Category Archives: Articles Archive

Is Uptown Funk plagiarism and what else was ‘stolen’ (borrowed!) in disco


This week the message came that Uptown Funk would be plagiarism. The Sequence, a rap group from the eighties (with no hits on their name) claimed the song would be quite like their song Funk You Up. I think the simularities are very very very little, but there are several cases where it is more obvious. Read the rest of this entry


Wait a moment… that’s not from Elvis?

With a discography from over 800 songs, Elvis Presley has recorded lots of songs. Many of those songs became hits, but there are quite some hit versions which originally were not sung by Elvis… Read the rest of this entry

When classical music met pop music…

When the classical composers like Bach, Mozart, Beethoven and others wrote their compositions, they probably did not think about pop music. In fact, their music seems to be quite different from the modern pop music. Two worlds that will never meet? Well, not exactly… Read the rest of this entry

R.I.P. 2015

Not only are we saying goodbye to the old year, but also to all those great musicians who have left us. In this (by far not complete) list of persons we lost this year, we stop to remember them and their contribution to music. It would not have been the same without them.
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The musical Minions movie


Minions. This summer, you can’t avoid them. They are everywhere. The cause for this all is the new movie around them: the minion movie. Is it worth to take a look when you don’t like minions, but you do like music? Read the rest of this entry

Is the album dead and why vinyl is great…


In the digital age, almost everyone streams or downloads, or does both. In this same age, vinyl is completely back. Two things that seem totally different and almost can’t go together, are happening next to each other. Read the rest of this entry

Album review: Mark Knopfler- Tracker


Last week, I ordered the new album by Mark Knopfler and Friday I found it when I came home. I couldn’t wait to listen to it and here’s the review:

The album starts off where Privateering stopped, or so it seems. Laughs And Jokes And Drinks And Smokes could easily have been featured on Privateering, which is not a bad thing at all, since Privateering was all but a bad album. The song sounds like a good song to sing along, especially the part which has the title in it. A great starter.

The album continues with the song Basil, which is more sober than the starter. It starts with a guitar and Mark Knopfler singing about a poet, Basil Bunting. As the song proceeds, it becomes a beautiful ballad, with additional vocals done by Ruth Moody, who really ads to the song and the story.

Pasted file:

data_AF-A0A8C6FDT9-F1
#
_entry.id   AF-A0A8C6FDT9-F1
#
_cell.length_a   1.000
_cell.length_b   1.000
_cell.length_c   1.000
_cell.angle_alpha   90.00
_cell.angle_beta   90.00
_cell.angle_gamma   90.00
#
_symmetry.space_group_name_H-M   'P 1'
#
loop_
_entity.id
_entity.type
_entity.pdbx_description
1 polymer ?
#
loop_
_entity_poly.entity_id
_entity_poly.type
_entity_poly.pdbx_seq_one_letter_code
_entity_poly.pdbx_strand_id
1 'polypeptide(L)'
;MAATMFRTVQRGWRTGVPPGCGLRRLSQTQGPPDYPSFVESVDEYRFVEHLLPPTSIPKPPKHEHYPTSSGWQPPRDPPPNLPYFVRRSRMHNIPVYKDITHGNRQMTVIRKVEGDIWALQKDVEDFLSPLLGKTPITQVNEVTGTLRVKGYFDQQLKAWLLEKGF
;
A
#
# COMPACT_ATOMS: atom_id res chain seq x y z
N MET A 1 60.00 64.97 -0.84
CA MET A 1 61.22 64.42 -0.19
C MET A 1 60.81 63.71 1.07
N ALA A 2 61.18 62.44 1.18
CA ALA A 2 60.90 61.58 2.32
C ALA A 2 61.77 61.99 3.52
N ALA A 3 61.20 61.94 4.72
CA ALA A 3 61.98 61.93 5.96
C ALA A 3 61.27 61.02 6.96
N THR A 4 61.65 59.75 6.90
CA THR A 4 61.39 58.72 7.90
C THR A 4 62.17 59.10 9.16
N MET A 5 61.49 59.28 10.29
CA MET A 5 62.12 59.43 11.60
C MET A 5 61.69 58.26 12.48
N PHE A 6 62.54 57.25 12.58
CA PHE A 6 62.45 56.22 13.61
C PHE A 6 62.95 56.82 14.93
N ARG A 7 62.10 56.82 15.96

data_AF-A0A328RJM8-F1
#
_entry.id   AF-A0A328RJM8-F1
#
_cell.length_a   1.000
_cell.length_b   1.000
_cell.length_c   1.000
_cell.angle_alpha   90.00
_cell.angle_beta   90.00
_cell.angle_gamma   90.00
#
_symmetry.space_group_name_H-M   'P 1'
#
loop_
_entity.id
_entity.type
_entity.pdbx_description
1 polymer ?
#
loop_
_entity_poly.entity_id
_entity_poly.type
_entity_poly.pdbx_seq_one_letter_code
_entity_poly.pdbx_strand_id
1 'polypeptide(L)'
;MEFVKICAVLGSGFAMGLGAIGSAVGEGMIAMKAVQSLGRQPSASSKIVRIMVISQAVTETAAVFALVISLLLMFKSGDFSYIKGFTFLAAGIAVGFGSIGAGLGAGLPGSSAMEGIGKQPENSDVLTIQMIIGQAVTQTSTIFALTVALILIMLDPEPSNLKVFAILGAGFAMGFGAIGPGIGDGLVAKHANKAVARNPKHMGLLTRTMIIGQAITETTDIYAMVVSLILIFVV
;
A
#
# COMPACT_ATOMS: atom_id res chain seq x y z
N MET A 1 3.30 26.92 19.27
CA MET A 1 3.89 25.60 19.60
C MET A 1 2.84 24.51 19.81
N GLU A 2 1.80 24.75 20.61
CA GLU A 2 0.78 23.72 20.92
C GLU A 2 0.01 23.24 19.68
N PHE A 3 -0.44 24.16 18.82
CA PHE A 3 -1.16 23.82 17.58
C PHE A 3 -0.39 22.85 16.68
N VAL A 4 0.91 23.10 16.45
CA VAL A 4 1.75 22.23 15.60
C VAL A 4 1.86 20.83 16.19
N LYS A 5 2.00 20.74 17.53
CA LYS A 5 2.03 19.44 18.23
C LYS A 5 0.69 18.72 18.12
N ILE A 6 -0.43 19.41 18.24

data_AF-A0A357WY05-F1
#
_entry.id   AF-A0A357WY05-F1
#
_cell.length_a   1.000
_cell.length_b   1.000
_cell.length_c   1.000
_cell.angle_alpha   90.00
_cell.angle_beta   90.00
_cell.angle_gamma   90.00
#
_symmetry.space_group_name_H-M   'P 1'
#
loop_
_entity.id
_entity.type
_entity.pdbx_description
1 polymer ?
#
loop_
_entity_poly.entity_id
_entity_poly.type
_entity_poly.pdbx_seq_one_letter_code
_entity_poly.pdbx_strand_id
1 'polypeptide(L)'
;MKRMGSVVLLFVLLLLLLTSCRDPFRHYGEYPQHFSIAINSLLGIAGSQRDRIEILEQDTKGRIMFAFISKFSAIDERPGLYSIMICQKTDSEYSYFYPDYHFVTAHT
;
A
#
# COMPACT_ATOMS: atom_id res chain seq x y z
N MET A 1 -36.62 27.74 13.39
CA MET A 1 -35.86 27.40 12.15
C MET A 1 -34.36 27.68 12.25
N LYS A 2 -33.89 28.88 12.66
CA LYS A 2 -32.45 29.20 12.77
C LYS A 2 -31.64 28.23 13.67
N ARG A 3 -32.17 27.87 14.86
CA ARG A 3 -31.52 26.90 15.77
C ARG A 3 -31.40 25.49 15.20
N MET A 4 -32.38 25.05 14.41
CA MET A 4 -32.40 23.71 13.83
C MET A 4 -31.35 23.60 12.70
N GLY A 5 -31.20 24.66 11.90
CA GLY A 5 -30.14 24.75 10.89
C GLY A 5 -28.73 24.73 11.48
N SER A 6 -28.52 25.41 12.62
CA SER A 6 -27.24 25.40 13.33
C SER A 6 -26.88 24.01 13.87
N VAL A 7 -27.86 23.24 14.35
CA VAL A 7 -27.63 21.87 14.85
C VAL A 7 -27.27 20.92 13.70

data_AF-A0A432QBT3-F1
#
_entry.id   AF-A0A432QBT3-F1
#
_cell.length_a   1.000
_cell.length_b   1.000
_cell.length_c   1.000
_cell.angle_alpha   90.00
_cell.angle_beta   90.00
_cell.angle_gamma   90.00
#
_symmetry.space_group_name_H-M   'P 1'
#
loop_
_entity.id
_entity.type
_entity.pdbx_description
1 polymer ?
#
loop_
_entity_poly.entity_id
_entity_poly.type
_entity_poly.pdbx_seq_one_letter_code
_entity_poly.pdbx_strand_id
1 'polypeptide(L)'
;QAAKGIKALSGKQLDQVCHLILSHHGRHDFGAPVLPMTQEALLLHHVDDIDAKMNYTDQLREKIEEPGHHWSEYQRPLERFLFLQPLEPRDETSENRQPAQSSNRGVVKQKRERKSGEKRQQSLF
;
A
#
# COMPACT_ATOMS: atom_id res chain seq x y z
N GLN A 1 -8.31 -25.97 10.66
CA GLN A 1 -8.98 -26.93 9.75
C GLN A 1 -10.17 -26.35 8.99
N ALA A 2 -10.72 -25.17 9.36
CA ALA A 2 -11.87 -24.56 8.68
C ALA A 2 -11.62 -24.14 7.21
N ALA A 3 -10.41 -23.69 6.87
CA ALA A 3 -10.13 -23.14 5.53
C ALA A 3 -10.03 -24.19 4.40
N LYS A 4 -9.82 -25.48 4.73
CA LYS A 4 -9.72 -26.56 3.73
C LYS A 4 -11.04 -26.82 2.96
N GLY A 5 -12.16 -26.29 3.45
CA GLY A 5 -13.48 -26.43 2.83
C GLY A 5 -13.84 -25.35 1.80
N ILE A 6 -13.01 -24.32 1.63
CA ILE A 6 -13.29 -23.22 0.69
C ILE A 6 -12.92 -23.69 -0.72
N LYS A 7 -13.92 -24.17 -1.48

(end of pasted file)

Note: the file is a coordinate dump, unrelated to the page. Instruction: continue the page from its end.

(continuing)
River Towns is a song that could have been made by the Dire Straits. Next to the great guitar playing and the complete band, a saxophone is played. First just in the background, almost quiet, but steadily growing and in the end even with a solo. Definitely a highlight on the album.

Skydiver is the first song on the album which is shorter than five minutes. It starts off with a great intro (coming close to a wall of sound), but then the song turns around and Mark starts to sing with a ‘simple’ musical arrangement. In this song, we can really hear Mark having fun, together with Ruth Moody. The song almost reminds of those songs sung around the campfire, including clapping at the end of the song. And again: great guitar playing!

After the happy song, Mighty Man brings in a more mysterious tone. It almost reminds of Private Investigations, but it soon turns out not to be that. The song is, I suspect, a story about the days Mark Knopfler started as an artist. A good song where I can’t yet lay my finger on.

The clapping is back in Broken Bones, which is a bit like an old folk song. It sounds different from what we heard before, but at the same time it also feels like you have known it for years.

A bit of a love song comes in on Long Tall Girl. Ruth Moody comes in to do some additional vocals, which works: it feels like a duet between the girl, who is at home, and Mark, who is travelling around the world. They belong together, but because of the touring they can’t. Beautiful resting point.